It is used for helping to break up and clear mucus from the airway and in MND is usually used just with saline.

    Love Ellie.
    Last edited by Ellie; 23 April 2019, 13:36.

    Leave a comment:


  • Ellie
    replied
    Hi Sheila,

    What you describe sounds like a Laryngospasm - a spasm of the vocal cords - which will affect your breathing.

    It is a scary thing to happen but, and I know this is much easier said than done, the best thing to do is to go to that happy place in your mind and relax It will subside...

    In ALS/MND it often happens in bed (or lying down) and could be triggered by acid reflux on the vocal cords or anxiety/panic.

    If you think you get reflux, maybe ask your GP for preventative meds. If it’s due to panic, it could be down to inefficient breathing or secretions partially blocking your airway.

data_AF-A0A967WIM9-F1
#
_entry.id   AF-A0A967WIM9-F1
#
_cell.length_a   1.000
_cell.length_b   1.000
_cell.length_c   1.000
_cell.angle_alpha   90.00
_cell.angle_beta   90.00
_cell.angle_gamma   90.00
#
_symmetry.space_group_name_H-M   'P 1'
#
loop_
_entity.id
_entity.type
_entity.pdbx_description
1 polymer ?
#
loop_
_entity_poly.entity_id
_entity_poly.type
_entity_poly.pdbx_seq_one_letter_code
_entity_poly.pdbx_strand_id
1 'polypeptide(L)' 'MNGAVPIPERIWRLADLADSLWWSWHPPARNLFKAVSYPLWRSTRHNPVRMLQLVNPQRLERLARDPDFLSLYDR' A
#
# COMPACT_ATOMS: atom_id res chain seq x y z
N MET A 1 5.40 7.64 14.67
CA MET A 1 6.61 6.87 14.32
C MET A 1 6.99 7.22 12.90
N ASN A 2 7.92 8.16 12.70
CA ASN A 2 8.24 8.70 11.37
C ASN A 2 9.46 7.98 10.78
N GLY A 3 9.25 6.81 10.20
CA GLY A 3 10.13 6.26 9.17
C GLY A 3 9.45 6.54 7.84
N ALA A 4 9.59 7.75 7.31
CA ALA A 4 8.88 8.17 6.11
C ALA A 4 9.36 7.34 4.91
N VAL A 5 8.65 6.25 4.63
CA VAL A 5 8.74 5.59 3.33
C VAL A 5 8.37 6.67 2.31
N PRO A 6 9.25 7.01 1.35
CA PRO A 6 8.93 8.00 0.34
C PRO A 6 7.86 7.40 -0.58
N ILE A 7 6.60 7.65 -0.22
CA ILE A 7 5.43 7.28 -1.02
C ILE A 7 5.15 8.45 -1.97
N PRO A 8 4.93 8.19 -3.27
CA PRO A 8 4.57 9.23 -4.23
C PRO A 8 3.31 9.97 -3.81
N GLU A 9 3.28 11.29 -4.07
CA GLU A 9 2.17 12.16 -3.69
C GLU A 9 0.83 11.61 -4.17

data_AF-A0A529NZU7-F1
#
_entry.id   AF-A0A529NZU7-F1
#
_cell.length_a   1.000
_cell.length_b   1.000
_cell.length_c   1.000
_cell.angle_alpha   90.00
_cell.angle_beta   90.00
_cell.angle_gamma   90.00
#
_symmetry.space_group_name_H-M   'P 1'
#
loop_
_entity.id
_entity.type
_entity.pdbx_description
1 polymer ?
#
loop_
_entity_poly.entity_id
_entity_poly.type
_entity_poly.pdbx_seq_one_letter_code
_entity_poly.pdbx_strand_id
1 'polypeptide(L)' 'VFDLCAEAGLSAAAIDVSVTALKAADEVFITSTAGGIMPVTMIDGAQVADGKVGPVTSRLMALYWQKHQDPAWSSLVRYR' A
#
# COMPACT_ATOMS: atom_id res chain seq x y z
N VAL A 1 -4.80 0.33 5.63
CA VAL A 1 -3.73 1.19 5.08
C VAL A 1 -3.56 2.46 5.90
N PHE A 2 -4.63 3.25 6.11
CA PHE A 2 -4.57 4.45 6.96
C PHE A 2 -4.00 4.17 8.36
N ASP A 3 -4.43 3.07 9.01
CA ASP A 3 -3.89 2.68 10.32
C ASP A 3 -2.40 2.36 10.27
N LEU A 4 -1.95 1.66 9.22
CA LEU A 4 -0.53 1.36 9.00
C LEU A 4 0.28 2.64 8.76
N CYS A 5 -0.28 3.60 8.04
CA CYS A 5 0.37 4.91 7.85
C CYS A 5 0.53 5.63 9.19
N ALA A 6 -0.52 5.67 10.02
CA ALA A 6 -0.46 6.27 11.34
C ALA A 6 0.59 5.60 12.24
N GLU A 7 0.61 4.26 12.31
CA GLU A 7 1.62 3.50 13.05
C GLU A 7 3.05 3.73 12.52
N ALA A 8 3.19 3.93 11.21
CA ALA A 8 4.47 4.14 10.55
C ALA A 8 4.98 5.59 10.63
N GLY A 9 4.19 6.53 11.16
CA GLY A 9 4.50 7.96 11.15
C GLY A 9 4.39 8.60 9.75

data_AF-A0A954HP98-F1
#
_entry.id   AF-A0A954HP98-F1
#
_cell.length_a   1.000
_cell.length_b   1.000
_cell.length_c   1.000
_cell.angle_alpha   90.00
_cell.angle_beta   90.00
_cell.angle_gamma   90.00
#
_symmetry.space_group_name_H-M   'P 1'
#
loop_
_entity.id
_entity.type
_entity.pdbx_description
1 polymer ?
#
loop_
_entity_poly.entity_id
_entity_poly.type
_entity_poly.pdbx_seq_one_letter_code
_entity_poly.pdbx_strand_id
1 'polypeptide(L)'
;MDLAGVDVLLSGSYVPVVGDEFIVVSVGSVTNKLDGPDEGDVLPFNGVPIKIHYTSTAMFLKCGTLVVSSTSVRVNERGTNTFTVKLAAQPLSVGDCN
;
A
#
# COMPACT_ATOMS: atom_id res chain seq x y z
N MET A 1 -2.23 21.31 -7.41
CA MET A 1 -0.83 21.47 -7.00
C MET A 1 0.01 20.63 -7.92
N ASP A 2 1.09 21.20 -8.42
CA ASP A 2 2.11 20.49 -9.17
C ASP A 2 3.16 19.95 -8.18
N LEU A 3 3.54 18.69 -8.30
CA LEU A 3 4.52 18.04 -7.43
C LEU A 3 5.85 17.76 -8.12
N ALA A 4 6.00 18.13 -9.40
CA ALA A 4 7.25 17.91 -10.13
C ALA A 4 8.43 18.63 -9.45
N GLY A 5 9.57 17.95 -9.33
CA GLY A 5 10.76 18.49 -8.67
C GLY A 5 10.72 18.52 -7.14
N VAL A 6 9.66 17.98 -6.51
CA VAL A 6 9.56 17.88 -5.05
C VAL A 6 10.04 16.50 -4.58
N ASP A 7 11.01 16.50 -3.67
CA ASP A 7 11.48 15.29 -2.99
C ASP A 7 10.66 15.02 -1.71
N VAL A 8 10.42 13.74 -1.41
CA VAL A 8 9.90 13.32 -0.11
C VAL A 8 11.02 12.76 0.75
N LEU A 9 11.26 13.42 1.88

Love Ellie.

    Leave a comment:


  • Kayleigh
    replied
    Hi Sheila,

    I've had times when I have woken up in the night feeling like my throat is blocked, and I have been gasping for breath for a while before my breathing settled. I don't know if it is linked to anxiety, but like you, I found it upsetting and made me panic. I've had my breathing checked at my MND clinic and told that my ability to breathe is OK - and so I don't know what caused it.

    My ability to swallow is not as good as it was but I am managing not to choke on food.

    Hopefully your dietitian has given you some good advice about what is easier to eat, if you are finding swallowing more difficult.

    I agree - coping with MND is far from easy!! Taking one day at a time and lots of hugs from my family is how I am coping at the moment - and keeping in touch with the fabulous folk on this forum helps me tremendously.

    Sending love and hugs,
    Kayleigh x
    Last edited by Kayleigh; 24 April 2019, 11:50.

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  • mickmac
    replied
    Originally posted by Sheila View Post